curriculum is designed to provide an individualized educational program
for each student. Each student’s program is based upon current and
measurable objectives that are reviewed annually. The curriculum
includes specific support and ancillary services that will provide
developmental and educational reinforcement for students who have
significant learning impairments in addition to visual impairments.
NMSBVI has initiated two new reading programs. The first one is the
Lexia Reading Program which includes an early reading program, a primary
reading program, teaching reading: stages and strategies, a quick
reading test and a comprehensive reading test. This program is designed
to help students improve basic reading skills. The second reading
program is My Reading Coach. My Reading Coach works on phonemic
awareness, phonics, vocabulary, fluency and reading comprehension. In
addition to the two new reading programs, NMSBVI is using the
Accelerated Reading Program.
of the least restrictive environment has provided NMSBVI with a positive
vehicle to move our students into an education experience in the local
public schools with their non-disabled peers via “mainstreaming” then
“responsible inclusion”. Students capable of attending classes through
the Alamogordo Public School (APS) system are encouraged to do so at the
elementary, middle school and high school level. An inclusion
coordinator works closely with APS teachers and students to encourage
success. Transcription services, through Braille or large print,
are provided along with assistive technology. The inclusion coordinator
not only assists our students to be successful, but also serves as
resource and contact person for public school teachers.
Adaptive Physical Education & Athletics:
NMSBVI offers adaptive physical
education classes for every student. These classes are modified to meet
the needs of special education students who may be physically and/or
mentally challenged. NMSBVI strongly encourages student participation in
athletics with sighted and visually impaired peers. NMSBVI is a member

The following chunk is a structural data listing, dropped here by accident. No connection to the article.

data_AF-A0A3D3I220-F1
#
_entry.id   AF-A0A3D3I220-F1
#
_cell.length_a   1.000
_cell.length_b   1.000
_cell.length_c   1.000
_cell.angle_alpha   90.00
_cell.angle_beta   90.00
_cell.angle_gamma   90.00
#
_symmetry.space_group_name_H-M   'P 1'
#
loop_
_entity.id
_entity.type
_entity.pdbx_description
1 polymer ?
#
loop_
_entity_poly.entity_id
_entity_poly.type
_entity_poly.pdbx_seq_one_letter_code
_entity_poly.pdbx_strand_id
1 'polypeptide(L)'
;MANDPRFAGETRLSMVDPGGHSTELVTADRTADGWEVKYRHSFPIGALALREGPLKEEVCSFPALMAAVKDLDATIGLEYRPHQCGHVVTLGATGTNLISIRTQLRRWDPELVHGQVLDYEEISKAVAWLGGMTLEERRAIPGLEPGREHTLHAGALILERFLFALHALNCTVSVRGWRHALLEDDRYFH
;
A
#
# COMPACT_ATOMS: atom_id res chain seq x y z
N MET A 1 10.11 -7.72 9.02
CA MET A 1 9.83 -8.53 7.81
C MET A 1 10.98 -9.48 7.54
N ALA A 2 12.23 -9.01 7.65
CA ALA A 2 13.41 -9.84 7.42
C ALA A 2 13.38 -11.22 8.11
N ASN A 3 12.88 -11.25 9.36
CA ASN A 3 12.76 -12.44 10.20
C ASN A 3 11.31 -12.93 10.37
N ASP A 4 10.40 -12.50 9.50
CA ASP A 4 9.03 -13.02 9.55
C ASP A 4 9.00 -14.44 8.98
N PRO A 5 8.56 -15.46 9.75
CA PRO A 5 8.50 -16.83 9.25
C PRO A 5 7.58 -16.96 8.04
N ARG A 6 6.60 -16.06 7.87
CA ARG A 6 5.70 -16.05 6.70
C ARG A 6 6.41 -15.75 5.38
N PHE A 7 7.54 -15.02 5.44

of the South Central Association of Schools for the Blind (SCASB).
NMSBVI students also participate in local athletic events in the sports of
goal ball, wrestling and track & field. NMSBVI also has a cheerleading
squad that competes at the annual wrestling and track & field SCASB
At age 14, the student, together with parent/guardian, is asked to begin
thinking of post-school goals in the areas of post-secondary education
or training, vocation/career, residential, community involvement, and
leisure activities. While the current legal requirement to address
transition targets students 16 and over, NMSBVI begins to address
transition at 14, in an effort to help parents and students clarify a
vision for adult life over time. The indicated goals, needs and
priorities are then taken into consideration in curriculum planning,
career planning, scheduling of related services, and needed outside
Because preparation for the work place is a salient component of
successful transition into adult life, NMSBVI offers a comprehensive
Career Education Program for secondary students. It is divided into
three main areas: career exploration, career preparation, and career
placement. Students are afforded the opportunity to explore career
clusters, complete an interest assessment, research jobs of interest and
learn how accommodations might make potential job choices realistic for
them and participate in job shadowing and career fairs. Students may
also enroll in a vocational course, where employability skills are
taught, and then reinforced within class work projects, and/or via on
and off campus work-study placements. As seniors, students learn
application and resume writing, and have an opportunity to practice
their interviewing skills in the mandatory Life Competencies class.